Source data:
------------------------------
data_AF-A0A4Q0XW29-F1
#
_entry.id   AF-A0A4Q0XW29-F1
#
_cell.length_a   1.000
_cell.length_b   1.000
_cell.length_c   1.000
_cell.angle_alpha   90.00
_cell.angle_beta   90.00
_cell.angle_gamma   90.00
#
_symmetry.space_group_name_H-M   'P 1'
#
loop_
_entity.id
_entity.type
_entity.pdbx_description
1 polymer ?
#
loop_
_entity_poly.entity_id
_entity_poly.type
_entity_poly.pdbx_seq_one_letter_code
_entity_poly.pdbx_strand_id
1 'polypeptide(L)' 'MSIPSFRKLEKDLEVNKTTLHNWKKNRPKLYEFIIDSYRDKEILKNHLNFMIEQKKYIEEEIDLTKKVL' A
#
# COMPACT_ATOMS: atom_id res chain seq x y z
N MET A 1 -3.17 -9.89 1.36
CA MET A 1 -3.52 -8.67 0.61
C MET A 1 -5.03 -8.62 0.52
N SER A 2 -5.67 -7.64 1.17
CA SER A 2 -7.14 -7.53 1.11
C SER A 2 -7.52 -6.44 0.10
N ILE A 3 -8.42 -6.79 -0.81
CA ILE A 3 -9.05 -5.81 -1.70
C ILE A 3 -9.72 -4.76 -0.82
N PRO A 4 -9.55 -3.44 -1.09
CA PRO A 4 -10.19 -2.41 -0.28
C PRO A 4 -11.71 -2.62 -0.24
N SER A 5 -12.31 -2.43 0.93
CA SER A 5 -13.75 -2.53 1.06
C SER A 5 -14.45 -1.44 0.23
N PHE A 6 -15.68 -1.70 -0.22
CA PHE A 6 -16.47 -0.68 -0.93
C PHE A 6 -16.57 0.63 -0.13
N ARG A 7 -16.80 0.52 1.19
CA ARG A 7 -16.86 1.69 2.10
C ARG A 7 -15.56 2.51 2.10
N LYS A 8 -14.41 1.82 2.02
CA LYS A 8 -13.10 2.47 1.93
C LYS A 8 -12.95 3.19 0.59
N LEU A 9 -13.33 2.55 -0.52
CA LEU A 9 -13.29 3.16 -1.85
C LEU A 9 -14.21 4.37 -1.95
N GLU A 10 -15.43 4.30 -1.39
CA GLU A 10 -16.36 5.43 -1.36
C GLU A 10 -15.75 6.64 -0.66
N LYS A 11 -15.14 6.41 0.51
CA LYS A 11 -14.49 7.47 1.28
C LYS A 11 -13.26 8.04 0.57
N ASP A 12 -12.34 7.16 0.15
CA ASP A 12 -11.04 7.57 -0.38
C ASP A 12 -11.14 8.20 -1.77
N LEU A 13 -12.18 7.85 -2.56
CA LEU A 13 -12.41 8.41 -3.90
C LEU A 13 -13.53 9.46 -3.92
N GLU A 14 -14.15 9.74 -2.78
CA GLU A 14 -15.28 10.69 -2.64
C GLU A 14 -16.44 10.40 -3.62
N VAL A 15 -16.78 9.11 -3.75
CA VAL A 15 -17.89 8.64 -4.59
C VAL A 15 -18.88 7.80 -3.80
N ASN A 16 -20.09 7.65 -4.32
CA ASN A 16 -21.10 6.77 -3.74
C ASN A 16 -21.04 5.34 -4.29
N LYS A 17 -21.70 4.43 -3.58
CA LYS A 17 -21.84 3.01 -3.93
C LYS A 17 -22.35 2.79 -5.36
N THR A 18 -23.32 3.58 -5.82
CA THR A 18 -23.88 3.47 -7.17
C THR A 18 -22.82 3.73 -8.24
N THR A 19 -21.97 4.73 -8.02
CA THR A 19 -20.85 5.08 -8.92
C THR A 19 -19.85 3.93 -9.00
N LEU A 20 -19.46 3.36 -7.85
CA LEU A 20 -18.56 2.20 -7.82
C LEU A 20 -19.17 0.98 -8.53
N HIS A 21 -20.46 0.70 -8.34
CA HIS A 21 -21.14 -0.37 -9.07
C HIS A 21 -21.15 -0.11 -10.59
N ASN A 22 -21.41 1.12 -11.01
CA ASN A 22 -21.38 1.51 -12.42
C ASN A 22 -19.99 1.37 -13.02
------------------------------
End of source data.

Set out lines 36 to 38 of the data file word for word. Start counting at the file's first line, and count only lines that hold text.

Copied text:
C ILE A 3 -9.72 -4.76 -0.82
N PRO A 4 -9.55 -3.44 -1.09
CA PRO A 4 -10.19 -2.41 -0.28